On the left Is a typical inrantry unit, showing its label. Above,

we see a sample from a roster (in this case, from the British at
Fuentes de Oi'\oro.) Notice how, as the unit loses strength, you
write the new level of SPs on the roster, never erasing the pre-
vious number.
When the unit's SPs reach zero, mark the roster with an R,
for "routed." If the unit later rallies, then circle that R, and
write the new, rallied strength.
In this manner, SPs can wax and wane, with the roster serv-
ing as a record for each unit.
In the above example, Nightingale's brigade has routed,
but not rallied, while Howard's brigade routed, but rallied, and
now has 3 SPs.

5.0 The Two Kinds of Armies Here is an example of a Napoleonic army. There are three
army corps, each with three divisions:
For over a century, large armies had been organized
into sub-groupings only on the eve of a campaign or
battle. The units were then divided up amongst the
most senior commanders, hence the term "divi ions."
Therefore, the traditional European army had an army
commander, and then a number of divisions, varying
greatly in composition. Sometimes, in very large
armies, these divisions would be apportioned among
senior commanders as "wings" or "columns." The
French introduced a new system of army corps (corps
d'armee), which were permanent sub-groupings of a Here is an example of a Traditional army, with five divisions.
few divisions each: miniature armies which could fight The divisions are likely larger (containing more units) than a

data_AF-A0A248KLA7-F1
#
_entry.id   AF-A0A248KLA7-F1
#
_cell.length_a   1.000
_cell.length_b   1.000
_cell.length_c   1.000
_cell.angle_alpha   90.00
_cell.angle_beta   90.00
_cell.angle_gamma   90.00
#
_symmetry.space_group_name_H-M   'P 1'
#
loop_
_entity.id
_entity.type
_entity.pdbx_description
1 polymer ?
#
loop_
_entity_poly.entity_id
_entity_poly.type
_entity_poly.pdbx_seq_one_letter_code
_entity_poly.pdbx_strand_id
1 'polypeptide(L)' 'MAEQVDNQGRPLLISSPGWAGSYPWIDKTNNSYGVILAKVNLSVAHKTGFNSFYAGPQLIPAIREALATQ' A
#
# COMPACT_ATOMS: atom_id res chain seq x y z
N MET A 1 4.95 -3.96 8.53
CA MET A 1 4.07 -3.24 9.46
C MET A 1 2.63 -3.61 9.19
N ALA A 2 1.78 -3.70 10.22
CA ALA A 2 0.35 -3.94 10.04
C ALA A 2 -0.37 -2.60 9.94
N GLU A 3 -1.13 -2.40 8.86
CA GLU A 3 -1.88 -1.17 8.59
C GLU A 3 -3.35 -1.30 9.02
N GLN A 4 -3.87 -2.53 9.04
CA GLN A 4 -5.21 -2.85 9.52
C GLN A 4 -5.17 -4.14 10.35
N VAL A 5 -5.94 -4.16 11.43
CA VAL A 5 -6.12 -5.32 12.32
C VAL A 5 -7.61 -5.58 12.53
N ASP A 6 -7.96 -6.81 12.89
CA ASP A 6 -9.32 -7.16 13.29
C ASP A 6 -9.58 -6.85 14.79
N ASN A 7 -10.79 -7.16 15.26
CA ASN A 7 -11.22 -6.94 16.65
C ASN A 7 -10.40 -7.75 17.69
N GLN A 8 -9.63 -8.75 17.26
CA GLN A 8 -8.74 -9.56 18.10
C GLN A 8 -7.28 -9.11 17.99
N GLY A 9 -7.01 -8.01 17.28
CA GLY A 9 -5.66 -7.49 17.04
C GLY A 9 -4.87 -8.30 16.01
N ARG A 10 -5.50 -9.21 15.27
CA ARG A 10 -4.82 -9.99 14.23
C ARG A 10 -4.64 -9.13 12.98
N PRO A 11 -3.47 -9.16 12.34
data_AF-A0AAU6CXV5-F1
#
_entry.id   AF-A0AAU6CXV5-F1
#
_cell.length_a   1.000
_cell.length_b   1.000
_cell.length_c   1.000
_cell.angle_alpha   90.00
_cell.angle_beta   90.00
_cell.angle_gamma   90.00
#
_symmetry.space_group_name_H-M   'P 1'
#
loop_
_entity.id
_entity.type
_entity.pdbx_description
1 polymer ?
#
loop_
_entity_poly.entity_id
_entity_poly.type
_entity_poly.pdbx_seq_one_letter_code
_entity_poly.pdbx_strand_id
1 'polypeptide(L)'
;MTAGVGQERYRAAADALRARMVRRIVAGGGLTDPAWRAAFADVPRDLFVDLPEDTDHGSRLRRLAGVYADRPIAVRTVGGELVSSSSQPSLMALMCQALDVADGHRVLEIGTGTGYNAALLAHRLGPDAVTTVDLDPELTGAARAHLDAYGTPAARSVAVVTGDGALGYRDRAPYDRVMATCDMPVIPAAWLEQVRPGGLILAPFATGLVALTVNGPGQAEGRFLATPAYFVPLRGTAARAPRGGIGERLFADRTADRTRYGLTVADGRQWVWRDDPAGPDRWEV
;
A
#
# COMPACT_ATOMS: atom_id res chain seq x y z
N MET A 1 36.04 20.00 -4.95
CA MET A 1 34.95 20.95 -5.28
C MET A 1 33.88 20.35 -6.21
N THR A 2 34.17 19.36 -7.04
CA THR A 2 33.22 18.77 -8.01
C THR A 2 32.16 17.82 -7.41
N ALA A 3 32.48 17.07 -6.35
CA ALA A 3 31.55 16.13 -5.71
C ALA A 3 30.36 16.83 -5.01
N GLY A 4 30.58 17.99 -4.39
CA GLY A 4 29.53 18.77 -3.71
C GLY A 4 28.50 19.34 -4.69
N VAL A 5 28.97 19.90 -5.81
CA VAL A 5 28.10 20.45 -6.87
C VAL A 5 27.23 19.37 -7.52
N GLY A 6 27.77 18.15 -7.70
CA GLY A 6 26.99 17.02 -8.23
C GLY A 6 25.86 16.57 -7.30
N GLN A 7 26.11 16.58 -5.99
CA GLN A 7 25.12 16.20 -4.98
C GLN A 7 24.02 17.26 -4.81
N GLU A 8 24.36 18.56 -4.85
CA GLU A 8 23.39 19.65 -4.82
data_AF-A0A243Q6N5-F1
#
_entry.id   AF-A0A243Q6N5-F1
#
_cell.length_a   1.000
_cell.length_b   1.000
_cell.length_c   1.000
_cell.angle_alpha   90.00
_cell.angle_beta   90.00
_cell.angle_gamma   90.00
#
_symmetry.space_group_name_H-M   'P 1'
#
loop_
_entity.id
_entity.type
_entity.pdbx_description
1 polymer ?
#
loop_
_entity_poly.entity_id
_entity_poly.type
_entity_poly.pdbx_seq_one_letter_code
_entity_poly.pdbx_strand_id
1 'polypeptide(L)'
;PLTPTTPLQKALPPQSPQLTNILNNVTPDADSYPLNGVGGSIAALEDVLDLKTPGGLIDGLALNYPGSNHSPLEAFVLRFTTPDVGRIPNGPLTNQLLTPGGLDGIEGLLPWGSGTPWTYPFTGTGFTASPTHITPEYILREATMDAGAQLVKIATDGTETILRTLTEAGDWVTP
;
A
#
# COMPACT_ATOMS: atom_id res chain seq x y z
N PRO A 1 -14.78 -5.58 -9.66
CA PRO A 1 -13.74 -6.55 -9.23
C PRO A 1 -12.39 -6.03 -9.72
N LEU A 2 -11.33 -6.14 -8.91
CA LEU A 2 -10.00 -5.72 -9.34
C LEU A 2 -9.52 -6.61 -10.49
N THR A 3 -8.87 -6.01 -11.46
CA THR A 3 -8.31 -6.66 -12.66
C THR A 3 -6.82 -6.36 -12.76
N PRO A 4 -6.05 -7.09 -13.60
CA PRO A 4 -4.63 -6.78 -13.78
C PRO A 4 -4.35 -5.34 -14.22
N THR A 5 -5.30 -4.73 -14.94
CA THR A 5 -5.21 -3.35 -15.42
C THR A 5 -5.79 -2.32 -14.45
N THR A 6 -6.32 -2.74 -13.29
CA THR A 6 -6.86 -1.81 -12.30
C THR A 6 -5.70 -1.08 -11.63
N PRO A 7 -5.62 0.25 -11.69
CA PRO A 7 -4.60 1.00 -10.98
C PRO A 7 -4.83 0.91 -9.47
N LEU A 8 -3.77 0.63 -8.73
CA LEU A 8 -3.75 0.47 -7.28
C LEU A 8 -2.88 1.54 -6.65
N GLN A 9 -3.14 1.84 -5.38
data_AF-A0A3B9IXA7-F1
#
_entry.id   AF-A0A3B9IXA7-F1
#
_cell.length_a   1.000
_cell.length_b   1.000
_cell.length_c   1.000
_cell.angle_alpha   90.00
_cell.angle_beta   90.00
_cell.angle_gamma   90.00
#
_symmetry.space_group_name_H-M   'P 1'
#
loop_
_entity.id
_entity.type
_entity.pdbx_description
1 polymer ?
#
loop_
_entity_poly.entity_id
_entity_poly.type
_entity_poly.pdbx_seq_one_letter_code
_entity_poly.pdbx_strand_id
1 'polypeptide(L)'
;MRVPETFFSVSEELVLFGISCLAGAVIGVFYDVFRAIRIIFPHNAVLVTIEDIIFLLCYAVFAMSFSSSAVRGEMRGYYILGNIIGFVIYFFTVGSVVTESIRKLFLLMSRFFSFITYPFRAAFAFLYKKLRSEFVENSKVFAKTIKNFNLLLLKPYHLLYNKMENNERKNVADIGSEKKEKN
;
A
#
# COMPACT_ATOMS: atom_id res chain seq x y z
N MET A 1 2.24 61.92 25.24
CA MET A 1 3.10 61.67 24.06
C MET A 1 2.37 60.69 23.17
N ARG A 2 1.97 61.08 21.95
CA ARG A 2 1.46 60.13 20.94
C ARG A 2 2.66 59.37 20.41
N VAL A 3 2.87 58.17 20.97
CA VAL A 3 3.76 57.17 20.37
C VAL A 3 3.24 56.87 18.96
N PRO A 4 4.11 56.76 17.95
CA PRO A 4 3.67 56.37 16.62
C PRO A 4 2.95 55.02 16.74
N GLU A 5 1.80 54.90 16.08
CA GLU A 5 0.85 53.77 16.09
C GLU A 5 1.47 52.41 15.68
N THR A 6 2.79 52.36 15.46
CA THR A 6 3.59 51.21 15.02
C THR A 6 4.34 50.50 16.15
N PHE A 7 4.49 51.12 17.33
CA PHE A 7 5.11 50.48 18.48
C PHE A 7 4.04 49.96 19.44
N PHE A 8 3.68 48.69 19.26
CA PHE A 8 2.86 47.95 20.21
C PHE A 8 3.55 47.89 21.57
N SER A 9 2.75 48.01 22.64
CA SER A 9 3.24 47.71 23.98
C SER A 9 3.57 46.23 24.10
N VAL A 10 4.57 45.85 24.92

on their own if necessary. Officers and staff were more division in a Napoleonic army:
or less permanently attached to each other, and
learned to work together more harmoniously. This sys-
tem was such an obvious improvement that by 1810
virtually all the major belligerents had adopted it.
(Britain was a notable exception.)
There are two kinds of armies that you might
encounter in the game. A Napoleonic Arm y uses the
corps system, as perfected by Napoleon, and later
adopted by mo t others. A Traditiona l Arm y bas an
army commander, and then a number of large divi-
Setting upfor Play e

The three types of officers: O n the left is an Army Commander (BlOcher, with Gneisenau and MOffling). In the center is a
SubCommander (the incom parablydressed Joachim Murat). And on the right a General (in this case, Grouchy - note the
handwrinen label, because he was deployed during the game.)

6.0 Officers on the Tabletop 6.1 Officers' Labels

In Grande Armee, all of the command figures are col- Officers should have labels on their bases. In addition